The OD crew gets their mention. I get a mention and some quote. And a photo (not one I would have chosen.. guess I should have submitted some of my own.) of an “AN” I did on the Porter MBTA tracks in 1993. Yup, the “Star Market wall”.

They also go on in the Denver section about Alert and Hel (OD KBN) relocating out there and hooking up with SWS.

Overall, this is a great book that will undoubtedly (like it or not) be used as THE first and foremost account of 20th century graffiti and will be studied for centuries to come. Grab a copy while you can still get an original first pressing.

*** Oh yeah, BIG THANKS to Caleb and Roger for hooking up me up with a copy of the book!!



SABER strikes back…
June 22, 2011, 10:48 pm
Filed under: Graffiti, Politics | Tags: , , , , , , , , , ,

Some well spoken words from SABER MSK

THE DEVIL WEARS A PINK SUIT: A RESPONSE TO “RADICAL GRAFFITI CHIC”
.Saber, "Sacred Trash" at MOCA's "Art in the Streets" exhibitionSaber, “Sacred Trash” at MOCA’s “Art in the Streets” exhibition

After looking at the longest list of credentials of one person I’ve ever seen—Yale, University Of Cambridge, Stanford Law, Fellow at the Manhattan Institute, contributing editor of City Journal, recipient of 2005 Bradley Prize for Outstanding Intellectual Achievement, etc, etc—I came to the conclusion that approaching Heather Mac Donald’s fortified intellect would be the equivalent of challenging the IBM Chess Terminator: cold, calculating, and absent a pulse. I find it hard to believe that someone of such high stature would spend so much energy on something that seems trivial in comparison to her passion for deportation and torture. Yet she seems really upset at the idea of a museum honoring over forty years of development in Graffiti Art.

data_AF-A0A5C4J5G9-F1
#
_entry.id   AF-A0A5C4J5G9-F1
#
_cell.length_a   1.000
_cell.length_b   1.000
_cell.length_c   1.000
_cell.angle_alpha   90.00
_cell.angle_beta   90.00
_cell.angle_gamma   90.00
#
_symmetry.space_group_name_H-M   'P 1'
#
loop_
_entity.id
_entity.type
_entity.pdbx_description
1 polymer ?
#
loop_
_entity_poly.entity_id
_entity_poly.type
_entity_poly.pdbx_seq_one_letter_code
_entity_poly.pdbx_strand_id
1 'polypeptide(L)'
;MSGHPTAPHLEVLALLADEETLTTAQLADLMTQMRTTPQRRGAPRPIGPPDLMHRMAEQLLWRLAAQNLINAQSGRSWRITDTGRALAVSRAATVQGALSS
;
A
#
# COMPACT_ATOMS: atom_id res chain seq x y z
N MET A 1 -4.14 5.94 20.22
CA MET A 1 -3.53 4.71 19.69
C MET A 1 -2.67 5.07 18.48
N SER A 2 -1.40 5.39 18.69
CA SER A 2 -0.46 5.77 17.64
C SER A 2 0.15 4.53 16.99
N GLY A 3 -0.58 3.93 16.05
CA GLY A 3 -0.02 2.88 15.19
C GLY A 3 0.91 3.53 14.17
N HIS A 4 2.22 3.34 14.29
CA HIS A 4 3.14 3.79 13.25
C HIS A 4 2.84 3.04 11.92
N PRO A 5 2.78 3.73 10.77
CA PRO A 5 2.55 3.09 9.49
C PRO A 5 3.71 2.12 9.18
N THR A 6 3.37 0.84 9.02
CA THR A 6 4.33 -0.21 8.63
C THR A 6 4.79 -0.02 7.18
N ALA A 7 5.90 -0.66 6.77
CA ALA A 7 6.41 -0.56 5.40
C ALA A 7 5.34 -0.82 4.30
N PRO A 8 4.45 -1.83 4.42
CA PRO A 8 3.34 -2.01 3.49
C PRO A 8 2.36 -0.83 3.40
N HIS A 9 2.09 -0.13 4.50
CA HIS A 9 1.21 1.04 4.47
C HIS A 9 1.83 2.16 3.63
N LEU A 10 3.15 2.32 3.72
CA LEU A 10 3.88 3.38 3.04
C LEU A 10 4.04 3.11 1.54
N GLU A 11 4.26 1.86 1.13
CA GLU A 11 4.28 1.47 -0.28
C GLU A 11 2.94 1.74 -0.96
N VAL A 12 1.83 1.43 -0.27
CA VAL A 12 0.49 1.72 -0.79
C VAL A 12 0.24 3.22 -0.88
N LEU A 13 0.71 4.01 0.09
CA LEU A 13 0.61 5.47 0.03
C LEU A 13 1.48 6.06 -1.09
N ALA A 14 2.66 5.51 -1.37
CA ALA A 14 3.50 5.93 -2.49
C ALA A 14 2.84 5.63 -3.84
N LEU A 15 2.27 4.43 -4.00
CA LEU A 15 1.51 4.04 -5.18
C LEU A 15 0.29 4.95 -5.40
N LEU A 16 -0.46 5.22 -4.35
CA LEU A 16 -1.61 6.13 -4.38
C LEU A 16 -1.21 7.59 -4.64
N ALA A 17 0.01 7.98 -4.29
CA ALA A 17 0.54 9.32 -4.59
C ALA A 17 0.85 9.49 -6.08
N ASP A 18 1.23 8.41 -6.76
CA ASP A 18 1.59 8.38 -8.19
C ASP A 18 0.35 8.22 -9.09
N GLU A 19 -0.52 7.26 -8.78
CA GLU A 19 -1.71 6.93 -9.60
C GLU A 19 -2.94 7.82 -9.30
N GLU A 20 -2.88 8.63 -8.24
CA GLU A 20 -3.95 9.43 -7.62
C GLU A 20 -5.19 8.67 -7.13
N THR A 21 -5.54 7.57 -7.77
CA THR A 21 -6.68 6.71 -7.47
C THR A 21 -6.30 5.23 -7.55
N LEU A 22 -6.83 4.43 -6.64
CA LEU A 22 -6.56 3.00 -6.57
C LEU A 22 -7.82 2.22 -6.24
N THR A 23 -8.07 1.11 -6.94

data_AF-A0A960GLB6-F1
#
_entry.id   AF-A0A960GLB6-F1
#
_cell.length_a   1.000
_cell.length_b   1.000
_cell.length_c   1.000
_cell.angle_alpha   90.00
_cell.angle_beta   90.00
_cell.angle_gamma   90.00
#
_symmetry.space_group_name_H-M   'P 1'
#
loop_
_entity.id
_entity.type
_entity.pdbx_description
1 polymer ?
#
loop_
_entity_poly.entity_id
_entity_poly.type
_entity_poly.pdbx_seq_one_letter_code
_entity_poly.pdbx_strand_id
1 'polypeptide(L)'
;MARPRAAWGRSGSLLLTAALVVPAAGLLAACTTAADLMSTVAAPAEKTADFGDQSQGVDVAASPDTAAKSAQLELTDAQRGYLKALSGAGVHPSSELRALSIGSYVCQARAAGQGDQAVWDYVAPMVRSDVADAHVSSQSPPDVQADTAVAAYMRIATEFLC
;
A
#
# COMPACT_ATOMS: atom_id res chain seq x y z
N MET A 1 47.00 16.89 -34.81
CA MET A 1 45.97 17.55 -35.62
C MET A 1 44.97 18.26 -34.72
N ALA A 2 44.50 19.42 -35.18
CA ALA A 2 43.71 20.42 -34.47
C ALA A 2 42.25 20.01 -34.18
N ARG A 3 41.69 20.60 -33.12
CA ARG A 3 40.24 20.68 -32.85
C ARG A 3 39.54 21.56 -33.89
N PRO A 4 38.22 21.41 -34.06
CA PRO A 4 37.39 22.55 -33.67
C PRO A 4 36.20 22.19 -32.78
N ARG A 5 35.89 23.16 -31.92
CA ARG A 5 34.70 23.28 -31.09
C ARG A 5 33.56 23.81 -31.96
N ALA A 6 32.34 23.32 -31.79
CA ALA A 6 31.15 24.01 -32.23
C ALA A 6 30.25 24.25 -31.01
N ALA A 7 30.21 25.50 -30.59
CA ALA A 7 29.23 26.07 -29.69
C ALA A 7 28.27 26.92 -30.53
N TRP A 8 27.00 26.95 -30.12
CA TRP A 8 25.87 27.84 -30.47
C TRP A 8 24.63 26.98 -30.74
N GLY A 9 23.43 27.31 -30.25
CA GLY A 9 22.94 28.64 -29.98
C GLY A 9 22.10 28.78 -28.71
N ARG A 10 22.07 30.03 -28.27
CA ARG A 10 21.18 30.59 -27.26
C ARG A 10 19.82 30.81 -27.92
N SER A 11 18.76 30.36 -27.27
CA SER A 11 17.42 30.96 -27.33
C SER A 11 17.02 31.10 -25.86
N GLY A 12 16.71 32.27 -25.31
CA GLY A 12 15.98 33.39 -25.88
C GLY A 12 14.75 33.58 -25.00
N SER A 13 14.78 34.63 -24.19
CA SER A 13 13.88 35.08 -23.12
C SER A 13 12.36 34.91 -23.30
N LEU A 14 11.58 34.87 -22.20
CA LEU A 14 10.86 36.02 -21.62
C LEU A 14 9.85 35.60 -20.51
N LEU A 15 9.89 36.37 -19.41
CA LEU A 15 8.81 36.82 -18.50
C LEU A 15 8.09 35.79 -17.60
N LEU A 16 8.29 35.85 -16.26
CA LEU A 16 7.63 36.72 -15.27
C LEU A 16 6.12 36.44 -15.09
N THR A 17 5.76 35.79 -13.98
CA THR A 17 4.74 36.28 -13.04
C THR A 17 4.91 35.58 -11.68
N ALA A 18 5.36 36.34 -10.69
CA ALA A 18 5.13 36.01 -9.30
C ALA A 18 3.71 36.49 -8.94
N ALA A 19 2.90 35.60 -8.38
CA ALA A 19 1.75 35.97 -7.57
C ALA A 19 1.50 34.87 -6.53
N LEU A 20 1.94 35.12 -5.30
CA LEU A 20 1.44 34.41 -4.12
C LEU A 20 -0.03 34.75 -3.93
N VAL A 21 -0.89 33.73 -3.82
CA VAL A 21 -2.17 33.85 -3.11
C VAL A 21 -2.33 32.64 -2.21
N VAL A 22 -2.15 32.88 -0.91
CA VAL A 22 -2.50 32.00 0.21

In her lengthy article “Radical Graffiti Chic,” she refers to artists as “vandal-anarchist wannabes” and attempts to highlight their hypocrisy. She names me personally in the article, stating that I am quick to sell out to any corporate sponsor: “Saber, who declares in an interview with the graffiti journal Arrested Motion that ‘there is no room for empathy when there is a motive for profit,’ has sold his designs to Levi’s, Hyundai, and Harley-Davidson.”

In trying to paint me as a hypocrite for capitalizing on my intellectual property, Heather does not take into account that I support my family through my art. I have painted everything from sets to faux finishing to gold leafing to put food on the table or to pay for health care bills, since insurance companies have refused to cover me due to a pre-existing condition (epilepsy). Heather, who is paid to write articles, should understand the process of making money for one’s creative output, and that this is not what I was referring to in the Arrested Motion quote. I was referring to health insurance companies taking away accessible facilities from sick people in order to save a buck at the expense of the patient’s life. To compare my art to the health insurance companies is ludicrous. Continue reading




%d bloggers like this: